FIG. 8 shows an alternate system for charging the batteries of the controller where a power plug 300 delivers a charging signal from the wireless adapter 350 to the controller 100. As known in the art, the conventional game console 54 may be converted for wireless communication by the adapter 350 which interfaces with the game console 54 at the console plug 360 which fits into the controller port of the game console 54. The wireless controller 100 sends and received wireless signals to and from the receiver unit 351, which signals are then transmitted to the game console through the controller port of the game console 54. The receiver unit 351 is provided with a power jack 352 that receives the power plug 310, and the other end 320 of the power plug is connected to the controller 1000 at a charging port 190 shown in FIG. 9. In this embodiment, the wireless controller functions as a wireless controller that communicates with the wireless transmitter/receiver unit 351 during the charging operation. See FIGS. 13 and 14.

This invention also envisions a combination of the features of FIGS. 6-9, where the wireless controller 100 may include both the controller cable port 150 (see FIG. 7) as well as the power charging port 190 (see FIG. 9) to provide a versatile charging arrangement that permits both wired or wireless communication during the charging operation.

Thus, the controller 100 has the ability to communicate with the gaming console through dual channels. First, the controller has wireless transmission/receiver circuitry to wirelessly communicate to the gaming platform via the receiver/transmitter unit 350 and establish wireless two-way communication there between. Circuitry for the wired connection is also provided to allow direct connection via controller cable 200 shown in FIGS. 6 and 7. The wired circuitry may include a simple detection circuit, detecting the voltage supplied by the console via cable 200 to select transmission through the wired circuitry. This detection isolates the wireless transmission circuitry during said connection. Furthermore, the detection circuitry shunts/diverts voltage to the recharging circuitry to facilitate charging of the batteries. See FIGS. 10-15. Thus the ability to use multiple sources of voltage (through direct coupling to gaming platform, connection to wireless receiver 350, or to a dedicated voltage source such as a conventional converter) coupled with the capability to communicate to the game platform through dual mediums (wired or wireless) affords tremendous flexibility and convenient to the user. For example, when the batteries are low, the player may still use the wireless controller via cable 200 and simultaneous play and recharge the battery. Thus, a player need not invest in additional wired controller as a back up for times when the batteries run out. Furthermore, the receiver unit 350 may be formed as a cradle unit corresponding to a shape of the controller to both provide a storage bay for the wireless controller and provide a physical direct connection to charge the battery pack avoiding the necessity for cable 300. Such an arrangement provides an incentive to maintain the controller in this dedicated location and ensures that the batteries within the controller are always sufficiently charged to facilitate play and thus avoid recharging down time.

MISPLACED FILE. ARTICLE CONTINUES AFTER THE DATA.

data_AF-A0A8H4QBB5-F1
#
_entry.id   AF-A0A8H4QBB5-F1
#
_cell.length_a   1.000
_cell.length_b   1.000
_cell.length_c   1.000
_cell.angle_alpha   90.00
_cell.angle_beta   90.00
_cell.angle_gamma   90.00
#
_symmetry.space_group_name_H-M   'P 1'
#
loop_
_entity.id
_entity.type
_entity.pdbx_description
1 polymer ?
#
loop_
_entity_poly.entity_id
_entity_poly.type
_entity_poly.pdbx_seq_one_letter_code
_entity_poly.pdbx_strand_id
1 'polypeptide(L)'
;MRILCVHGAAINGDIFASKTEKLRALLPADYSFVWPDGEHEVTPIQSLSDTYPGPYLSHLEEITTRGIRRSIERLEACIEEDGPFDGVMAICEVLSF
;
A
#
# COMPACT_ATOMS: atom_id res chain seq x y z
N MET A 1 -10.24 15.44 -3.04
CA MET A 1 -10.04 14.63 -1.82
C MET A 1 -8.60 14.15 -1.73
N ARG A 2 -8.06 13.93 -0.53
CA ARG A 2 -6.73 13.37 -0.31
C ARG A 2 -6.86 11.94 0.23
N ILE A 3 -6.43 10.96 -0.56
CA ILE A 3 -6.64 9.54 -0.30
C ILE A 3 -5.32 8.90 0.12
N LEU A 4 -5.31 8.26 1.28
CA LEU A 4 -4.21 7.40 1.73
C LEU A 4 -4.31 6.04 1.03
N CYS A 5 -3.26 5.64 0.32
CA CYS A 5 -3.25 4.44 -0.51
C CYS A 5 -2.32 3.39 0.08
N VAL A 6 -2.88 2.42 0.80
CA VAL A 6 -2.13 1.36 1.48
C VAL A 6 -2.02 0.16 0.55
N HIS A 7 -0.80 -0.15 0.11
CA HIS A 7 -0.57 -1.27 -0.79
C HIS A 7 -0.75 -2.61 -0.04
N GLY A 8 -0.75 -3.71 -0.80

The controller 100 also has dual sources for recharging the batter pack. As previously mentioned, voltage may be drawn from voltage supplied through the wired cable 200 coupled directly to the gaming platform. However, controller 100 may also be provided with supplemental charge port to be connected to an alternate voltage source such as a dedicated power cable 300 through a connection to the adapter receiver unit 350 or from another power source.